Earlier this month Brian Donovan, a sociology professor at the University of Kansas, made a TikTok to recruit people for his study of Taylor Swift fans. He couldn’t offer them money but promised “we’ll have a good conversation.”
He expected maybe 20 email responses. He got over 2,000 in just a few days.
He unleashed the Swifties.
Donovan is diving deep into their world to see how fandom operates and what people get from it. Thousands of Swift’s fans will pilgrimage to Arrowhead Stadium in July when she plays two shows there on her “Eras Tour.”
The study “will help us gain a better understanding of the social dynamics of fandom and how fandoms produce joy and collective identity,” he pitched on TikTok.
The responses haven’t stopped.
“They keep coming in every day,” he told The Star. “Some of them were sending me basically five-paragraph essays about their involvement in the fandom. And how they bought her album in 2006 and have been a fan since and now their daughter is a fan.
“People have been very generous with their time in sending me very thoughtful, elaborate responses. And I was overwhelmed.”
His TikTok followers know that he too is a Swiftie. At KU, he advises the Taylor Swift Society of fans. And next fall he will teach a class tentatively called “The Sociology of Taylor Swift.”
In this recent TikTok he reintroduced himself as a KU professor who specializes in cultural sociology.
“I’m interested in what sociologists call collective effervescence, of how excitement is created and there is an energy created when folks get together over a shared experience,” Donovan told The Star.
“I’m interested in social capital, what Swifties think is important or valuable within their community, and how status is achieved within that community.
“And I’m also interested in the potential divisions that occur. Because I don’t want to be naive and think that … those divisions that mark our political and social life more generally don’t impact the fandom.”
His research, which he now plans to turn into his fourth book, will add to the ongoing discourse.
“There are discussions about to what extent is fandom essentially consumerism — you buy the Jayhawk gear, you buy the T-shirt,” Donovan said. “And to what extent is fandom quasi-religious, that in a sense in our increasingly secular age fandom is a substitute for a religious connection or religious connection.”
Men like Taylor, too
Donovan has listened to Swift’s music since 2014 when he bought the “1989” album that featured the mega-hit “Shake It Off.”
“I thought it was a perfect pop album,” he said. “And I still think that.”
“I’m one of those, it’s like a cliche of the older men who got into her deeply in the ‘Folklore’ era, so I kinda fit that stereotype,” he said. “But I’ve been an admirer for a long time, but only recently did I identify as a Swiftie.”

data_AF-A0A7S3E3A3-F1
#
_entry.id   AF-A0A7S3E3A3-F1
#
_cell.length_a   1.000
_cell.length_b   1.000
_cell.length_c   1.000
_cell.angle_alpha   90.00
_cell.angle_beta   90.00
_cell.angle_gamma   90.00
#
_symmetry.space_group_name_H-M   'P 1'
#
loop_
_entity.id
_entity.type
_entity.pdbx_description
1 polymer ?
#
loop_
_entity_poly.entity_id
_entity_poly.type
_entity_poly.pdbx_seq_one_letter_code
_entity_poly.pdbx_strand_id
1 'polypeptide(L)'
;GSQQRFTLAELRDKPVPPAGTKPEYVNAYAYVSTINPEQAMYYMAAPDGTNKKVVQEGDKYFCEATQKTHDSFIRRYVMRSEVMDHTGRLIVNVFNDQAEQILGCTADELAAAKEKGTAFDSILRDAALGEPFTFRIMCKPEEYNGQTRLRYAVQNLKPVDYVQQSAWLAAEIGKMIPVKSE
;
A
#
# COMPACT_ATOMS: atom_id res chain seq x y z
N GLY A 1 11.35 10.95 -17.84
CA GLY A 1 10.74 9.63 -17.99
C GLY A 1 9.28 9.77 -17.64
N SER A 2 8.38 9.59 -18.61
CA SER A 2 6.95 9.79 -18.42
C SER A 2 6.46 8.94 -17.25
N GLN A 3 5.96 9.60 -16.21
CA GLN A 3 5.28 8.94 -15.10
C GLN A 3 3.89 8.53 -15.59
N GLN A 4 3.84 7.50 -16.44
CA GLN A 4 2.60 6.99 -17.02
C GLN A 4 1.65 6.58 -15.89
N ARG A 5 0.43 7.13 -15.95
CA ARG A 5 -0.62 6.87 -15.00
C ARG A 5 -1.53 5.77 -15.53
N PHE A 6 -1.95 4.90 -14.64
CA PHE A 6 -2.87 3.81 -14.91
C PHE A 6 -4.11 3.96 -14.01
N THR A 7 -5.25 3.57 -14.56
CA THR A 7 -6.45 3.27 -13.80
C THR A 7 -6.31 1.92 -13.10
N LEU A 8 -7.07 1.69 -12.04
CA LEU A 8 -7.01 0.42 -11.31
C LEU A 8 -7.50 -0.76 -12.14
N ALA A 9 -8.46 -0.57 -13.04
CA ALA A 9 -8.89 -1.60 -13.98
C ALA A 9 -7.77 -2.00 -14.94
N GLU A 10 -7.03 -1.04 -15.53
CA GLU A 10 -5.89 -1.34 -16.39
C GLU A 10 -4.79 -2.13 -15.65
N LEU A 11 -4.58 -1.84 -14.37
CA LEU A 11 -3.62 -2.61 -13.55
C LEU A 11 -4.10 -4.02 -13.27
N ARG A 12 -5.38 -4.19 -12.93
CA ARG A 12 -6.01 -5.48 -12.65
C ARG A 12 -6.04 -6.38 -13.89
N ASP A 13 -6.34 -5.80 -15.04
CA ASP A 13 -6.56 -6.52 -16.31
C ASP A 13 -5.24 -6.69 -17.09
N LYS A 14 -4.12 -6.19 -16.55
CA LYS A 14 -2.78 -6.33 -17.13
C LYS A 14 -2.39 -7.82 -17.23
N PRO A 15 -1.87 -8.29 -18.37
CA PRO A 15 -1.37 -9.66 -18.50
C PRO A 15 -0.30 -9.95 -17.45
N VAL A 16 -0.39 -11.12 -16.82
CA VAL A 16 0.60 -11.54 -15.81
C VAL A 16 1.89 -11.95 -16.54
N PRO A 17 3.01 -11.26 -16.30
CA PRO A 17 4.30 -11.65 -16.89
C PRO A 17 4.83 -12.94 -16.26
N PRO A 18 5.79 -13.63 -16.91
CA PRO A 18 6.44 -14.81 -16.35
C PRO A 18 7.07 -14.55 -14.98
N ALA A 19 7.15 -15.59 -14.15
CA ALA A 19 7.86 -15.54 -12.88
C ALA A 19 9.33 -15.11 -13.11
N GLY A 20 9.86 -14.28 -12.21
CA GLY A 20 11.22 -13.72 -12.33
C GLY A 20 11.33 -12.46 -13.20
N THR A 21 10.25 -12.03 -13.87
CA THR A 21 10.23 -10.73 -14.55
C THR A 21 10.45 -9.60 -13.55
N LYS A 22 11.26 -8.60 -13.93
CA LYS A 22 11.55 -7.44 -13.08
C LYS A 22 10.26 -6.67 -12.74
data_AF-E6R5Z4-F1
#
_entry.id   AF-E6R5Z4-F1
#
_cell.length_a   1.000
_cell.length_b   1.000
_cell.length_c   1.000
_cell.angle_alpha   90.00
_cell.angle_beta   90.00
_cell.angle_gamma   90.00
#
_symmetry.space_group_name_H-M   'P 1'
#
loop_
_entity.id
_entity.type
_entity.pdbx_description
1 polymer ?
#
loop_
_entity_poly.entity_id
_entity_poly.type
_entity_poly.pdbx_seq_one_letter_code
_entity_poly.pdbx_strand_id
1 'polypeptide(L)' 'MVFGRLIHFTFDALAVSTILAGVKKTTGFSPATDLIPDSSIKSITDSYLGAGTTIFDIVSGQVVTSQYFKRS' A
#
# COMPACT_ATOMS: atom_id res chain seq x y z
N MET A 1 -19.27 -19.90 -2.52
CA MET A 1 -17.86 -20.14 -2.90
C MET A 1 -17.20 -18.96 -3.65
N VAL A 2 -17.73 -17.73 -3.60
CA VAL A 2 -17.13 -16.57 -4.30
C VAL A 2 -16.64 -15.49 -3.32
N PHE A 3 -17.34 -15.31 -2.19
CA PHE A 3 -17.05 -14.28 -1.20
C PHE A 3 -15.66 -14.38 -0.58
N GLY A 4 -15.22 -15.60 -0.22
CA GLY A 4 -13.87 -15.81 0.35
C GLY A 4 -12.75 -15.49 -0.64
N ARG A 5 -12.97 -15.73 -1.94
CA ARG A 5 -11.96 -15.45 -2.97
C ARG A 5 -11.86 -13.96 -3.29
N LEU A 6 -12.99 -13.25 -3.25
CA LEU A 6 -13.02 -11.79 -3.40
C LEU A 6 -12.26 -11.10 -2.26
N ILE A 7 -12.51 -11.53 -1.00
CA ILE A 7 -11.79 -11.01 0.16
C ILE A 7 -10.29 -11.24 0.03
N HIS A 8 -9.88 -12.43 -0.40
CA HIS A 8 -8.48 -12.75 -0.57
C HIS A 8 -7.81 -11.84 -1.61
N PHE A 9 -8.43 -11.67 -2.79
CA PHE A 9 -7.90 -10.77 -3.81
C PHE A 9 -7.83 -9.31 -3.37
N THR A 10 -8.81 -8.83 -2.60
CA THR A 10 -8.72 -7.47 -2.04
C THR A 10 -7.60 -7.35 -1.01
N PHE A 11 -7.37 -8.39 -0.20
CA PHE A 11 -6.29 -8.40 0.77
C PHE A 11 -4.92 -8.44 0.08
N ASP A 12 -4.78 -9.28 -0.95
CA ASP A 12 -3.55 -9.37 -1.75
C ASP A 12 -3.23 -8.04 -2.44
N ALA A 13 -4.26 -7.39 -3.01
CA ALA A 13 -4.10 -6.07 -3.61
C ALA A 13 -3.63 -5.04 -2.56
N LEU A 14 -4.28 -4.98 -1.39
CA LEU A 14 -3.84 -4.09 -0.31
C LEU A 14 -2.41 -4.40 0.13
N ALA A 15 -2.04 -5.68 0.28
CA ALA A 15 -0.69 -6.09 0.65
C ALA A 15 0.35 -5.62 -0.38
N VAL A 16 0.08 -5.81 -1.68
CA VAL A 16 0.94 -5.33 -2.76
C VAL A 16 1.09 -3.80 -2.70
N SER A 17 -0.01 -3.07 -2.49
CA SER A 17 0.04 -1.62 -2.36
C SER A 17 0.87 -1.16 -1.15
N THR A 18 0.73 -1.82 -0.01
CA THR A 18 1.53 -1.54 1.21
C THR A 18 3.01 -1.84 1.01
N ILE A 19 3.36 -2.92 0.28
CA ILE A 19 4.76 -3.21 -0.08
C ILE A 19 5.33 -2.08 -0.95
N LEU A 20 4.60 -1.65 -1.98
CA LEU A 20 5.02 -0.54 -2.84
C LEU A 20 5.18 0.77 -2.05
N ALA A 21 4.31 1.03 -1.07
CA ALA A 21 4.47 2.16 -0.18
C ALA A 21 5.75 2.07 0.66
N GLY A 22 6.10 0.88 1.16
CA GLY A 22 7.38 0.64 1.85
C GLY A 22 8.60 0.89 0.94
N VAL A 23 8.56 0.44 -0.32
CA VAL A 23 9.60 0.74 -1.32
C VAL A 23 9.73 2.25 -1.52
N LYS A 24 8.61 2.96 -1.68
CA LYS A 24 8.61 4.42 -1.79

He has a good sense of what makes Swifties different from other fan bases like, say, One Direction’s Directioners or the Greatful Dead’s Deadheads.
“I feel like with the Swifites, the scale is so much more (vast),” he said. And diverse.
“Twelve to 13% of Swifites are Black, which mirrors the population of the U.S. The gender breakdown, even though it is a fandom that is primarily young women, there’s a surprising percentage of men who are avid fans.
“And also … we tend to have a stereotype of Swifties that they are younger, young girls. But there was … a shocking percentage of Gen X and baby boomer Swifties.
“That’s what I think her unique magic is, that she can connect with so many people from diverse backgrounds.”
He’d been thinking about launching a Taylor Swift project for about a year, ever since he started using TikTok, but wasn’t sure “it would have life beyond a journal article.
“What I was seeing, from a sociological perspective, was a rich community with well-developed set of norms and a vibrant culture.
“I’m interested in people’s connection with Taylor Swift. But I’m more interested in Swifties’ connections with other Swifites and how there’s been this created subculture, or shared group culture, that has Taylor Swift at the center for sure but is making meaning beyond what Taylor envisioned.
“And that’s what I think is fascinating. It’s not just, sure we love to talk about Taylor and we love to express our fandom of Taylor. But the bonds that are created laterally among other Swifites is a story that needs to be told.”
The ‘fanilect’ of Swifties
There are Taylor Swift fans … and then there are the Swifties, a distinction Donovan will explore.
The casual admirer “might enjoy her music and listen to it and maybe turn it up when it’s on the radio,” he said. “The Swifties will dive into the meanings of the lyrics and try to make connections across the songs, and participate in the lore and inside jokes, and the shared language of the fandom.”
For instance, Swifties have their own shorthand — what linguists call a “fanilect,” Donovan said.
“She has over 200 songs. And Swifties know those songs so well they can cite those lyrics in different social situations with one another,” he said. “In comments sections on Twitter or on TikTok you will see Swifties talking with one another, primarily using song lyrics as their way of communication.”